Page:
People with synaesthesia are more likely to participate in creative endeavors, according to research by Jamie Ward, Daisy Thompson-Lake, Roxanne Ely and Flora Kaminski. Their research paper Synaesthesia, creativity and art: What is the link? was published by the British Psychological Society in 2008. You can find that paper here. These authors conclude that, while synaesthetes may have better bottom-up access to certain associations, [they are] not necessarily better able to use them flexibly (in divergent thinking). The abstract for that paper is below. The image above is a photograph of “Meeting of the Keys” by synaesthete and artist April Zanne Johnson, a founding member of The IASAS.
Jamie Ward, Daisy Thompson-Lake, Roxanne Ely and Flora Kaminski
Department of Psychology, University College London, UK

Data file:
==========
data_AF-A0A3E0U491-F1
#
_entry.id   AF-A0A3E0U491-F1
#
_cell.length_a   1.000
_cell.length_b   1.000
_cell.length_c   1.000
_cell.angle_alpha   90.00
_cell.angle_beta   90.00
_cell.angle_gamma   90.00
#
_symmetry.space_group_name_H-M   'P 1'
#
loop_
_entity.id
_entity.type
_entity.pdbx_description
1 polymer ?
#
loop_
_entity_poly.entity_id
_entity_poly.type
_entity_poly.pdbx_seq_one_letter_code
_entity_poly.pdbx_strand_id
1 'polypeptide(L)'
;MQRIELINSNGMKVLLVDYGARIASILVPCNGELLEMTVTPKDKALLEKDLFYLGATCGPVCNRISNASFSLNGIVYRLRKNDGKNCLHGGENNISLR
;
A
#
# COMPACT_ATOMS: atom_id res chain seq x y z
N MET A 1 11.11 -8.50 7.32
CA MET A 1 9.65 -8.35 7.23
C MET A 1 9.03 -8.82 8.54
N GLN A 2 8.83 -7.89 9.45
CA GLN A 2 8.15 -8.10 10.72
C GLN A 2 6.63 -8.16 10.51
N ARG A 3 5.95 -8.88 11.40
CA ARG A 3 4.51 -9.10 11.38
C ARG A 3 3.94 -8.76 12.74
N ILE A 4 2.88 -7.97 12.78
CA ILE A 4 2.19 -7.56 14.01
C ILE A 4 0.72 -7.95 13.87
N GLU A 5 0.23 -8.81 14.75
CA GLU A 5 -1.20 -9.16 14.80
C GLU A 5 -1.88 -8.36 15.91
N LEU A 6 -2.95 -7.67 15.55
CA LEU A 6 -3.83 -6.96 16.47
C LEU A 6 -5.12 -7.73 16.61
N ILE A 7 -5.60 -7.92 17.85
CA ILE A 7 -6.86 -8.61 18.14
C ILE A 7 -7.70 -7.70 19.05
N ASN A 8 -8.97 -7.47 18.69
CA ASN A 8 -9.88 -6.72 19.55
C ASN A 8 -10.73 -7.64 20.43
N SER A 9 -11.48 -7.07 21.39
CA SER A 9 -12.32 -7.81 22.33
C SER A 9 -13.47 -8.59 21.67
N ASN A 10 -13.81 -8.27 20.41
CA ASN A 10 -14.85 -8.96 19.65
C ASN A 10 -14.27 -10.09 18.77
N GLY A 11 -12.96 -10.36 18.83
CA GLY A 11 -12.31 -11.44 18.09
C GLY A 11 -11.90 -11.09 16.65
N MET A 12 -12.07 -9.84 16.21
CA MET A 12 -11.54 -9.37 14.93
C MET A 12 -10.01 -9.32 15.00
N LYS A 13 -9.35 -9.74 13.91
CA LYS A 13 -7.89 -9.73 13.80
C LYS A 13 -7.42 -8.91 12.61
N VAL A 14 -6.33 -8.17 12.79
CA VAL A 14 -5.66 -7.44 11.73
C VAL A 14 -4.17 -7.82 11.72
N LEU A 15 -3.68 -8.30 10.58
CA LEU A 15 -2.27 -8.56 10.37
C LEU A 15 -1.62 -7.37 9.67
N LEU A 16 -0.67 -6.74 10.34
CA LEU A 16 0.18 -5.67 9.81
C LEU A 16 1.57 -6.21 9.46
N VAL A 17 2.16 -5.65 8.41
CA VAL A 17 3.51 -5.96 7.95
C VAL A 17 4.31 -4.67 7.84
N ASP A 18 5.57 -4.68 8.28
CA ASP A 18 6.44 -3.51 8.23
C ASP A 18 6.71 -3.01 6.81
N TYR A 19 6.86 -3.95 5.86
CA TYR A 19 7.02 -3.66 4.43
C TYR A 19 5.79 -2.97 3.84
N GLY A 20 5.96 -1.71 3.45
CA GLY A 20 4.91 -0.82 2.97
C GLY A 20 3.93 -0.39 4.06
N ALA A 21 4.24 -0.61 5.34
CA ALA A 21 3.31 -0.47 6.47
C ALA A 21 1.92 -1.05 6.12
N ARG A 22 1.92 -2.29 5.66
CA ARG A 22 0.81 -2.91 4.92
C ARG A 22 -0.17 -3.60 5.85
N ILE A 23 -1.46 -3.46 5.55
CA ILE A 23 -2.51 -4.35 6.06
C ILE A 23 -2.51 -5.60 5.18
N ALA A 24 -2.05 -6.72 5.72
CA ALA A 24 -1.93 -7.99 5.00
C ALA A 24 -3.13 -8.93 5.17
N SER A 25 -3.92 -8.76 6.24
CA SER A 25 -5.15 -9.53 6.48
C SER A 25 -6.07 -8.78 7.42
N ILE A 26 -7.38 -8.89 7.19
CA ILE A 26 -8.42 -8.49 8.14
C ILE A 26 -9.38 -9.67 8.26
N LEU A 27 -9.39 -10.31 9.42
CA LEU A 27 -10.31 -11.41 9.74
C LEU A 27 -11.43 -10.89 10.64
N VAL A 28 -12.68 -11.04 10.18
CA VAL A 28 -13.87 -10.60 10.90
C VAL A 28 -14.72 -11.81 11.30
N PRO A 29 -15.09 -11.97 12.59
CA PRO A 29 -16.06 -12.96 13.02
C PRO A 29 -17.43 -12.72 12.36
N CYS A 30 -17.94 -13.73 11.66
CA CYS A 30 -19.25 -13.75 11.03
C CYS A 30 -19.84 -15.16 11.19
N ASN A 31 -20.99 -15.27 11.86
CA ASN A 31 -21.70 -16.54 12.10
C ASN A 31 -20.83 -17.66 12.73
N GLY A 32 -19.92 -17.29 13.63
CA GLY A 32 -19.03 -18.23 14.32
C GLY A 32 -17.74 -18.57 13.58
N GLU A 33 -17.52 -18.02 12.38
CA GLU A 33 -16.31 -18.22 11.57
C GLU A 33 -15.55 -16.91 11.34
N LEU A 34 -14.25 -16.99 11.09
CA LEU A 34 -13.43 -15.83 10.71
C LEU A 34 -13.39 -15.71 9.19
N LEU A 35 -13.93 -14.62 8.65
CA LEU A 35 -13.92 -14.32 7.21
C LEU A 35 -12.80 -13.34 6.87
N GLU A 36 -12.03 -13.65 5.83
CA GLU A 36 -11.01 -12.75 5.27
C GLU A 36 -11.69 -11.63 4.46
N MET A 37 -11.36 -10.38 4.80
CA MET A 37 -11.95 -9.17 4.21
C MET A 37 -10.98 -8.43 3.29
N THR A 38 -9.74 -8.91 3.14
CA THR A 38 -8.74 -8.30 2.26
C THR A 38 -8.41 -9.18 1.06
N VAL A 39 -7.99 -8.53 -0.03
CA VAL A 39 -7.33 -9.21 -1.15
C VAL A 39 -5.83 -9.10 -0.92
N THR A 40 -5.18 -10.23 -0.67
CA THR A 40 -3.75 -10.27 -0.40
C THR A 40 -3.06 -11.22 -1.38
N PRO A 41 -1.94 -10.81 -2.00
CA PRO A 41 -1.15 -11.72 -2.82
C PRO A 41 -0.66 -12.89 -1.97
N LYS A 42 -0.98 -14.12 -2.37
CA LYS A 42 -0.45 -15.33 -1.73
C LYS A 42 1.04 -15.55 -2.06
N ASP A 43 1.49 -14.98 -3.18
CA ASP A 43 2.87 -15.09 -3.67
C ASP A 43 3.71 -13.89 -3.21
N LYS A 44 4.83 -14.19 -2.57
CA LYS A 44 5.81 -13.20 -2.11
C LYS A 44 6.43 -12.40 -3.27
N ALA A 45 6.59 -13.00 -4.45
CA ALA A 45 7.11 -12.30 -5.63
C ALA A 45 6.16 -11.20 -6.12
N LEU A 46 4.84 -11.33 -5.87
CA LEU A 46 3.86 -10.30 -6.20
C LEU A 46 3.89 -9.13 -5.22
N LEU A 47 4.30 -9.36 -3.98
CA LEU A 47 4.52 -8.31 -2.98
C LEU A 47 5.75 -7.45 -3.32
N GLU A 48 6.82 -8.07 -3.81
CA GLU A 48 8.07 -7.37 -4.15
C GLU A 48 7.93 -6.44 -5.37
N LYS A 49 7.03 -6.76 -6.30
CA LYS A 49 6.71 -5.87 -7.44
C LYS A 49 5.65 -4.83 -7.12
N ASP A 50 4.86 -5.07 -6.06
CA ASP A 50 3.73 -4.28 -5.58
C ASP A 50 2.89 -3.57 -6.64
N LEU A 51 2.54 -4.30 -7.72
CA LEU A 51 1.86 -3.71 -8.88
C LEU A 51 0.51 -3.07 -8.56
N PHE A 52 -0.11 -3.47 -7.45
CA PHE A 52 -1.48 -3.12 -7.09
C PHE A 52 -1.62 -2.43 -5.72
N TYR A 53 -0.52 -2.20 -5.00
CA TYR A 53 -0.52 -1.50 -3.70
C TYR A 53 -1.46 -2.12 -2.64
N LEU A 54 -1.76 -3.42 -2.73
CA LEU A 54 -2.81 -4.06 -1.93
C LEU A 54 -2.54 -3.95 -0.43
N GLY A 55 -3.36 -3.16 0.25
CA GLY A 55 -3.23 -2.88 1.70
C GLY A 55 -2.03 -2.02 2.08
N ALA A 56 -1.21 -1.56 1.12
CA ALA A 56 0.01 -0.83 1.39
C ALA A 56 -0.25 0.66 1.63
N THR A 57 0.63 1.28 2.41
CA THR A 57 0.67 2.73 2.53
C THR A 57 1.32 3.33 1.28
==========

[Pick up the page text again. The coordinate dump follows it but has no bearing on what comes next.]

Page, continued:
It has been suggested that individuals with synaesthesia may show heightened creativity as a result of being able to form meaningful associations between disparate stimuli (e.g. colour, sound). In this study, a large sample ðN 1⁄4 82Þ of people with various kinds of synaesthesia were given two psychometric tests of creativity (Remote Associates Test, Alternate Uses Test) and were also asked about the amount of time engaged in creative arts (visual art, music). There was a significant tendency for synaesthetes to spend more time engaged in creative arts and this was, at least in part, dependent upon the type of synaesthesia experienced. For example, synaesthetes experiencing vision from music were far more likely to play an instrument than their other synaesthetic counterparts. There was no relationship between this tendency and the psychometric measures of creativity, but synaesthetes did outperform controls on one of the two psychometric measures (Remote Associates). We conclude that the tendency for synaesthetes to be more engaged in art is likely to have a different mechanism to psychometric measures of creativity, and that there is no direct link between them. Although synaesthetes may well perform better on some measures of creativity, we suggest that synaesthetes have better bottom-up access to certain associations, but are not necessarily better able to use them flexibly (in divergent thinking).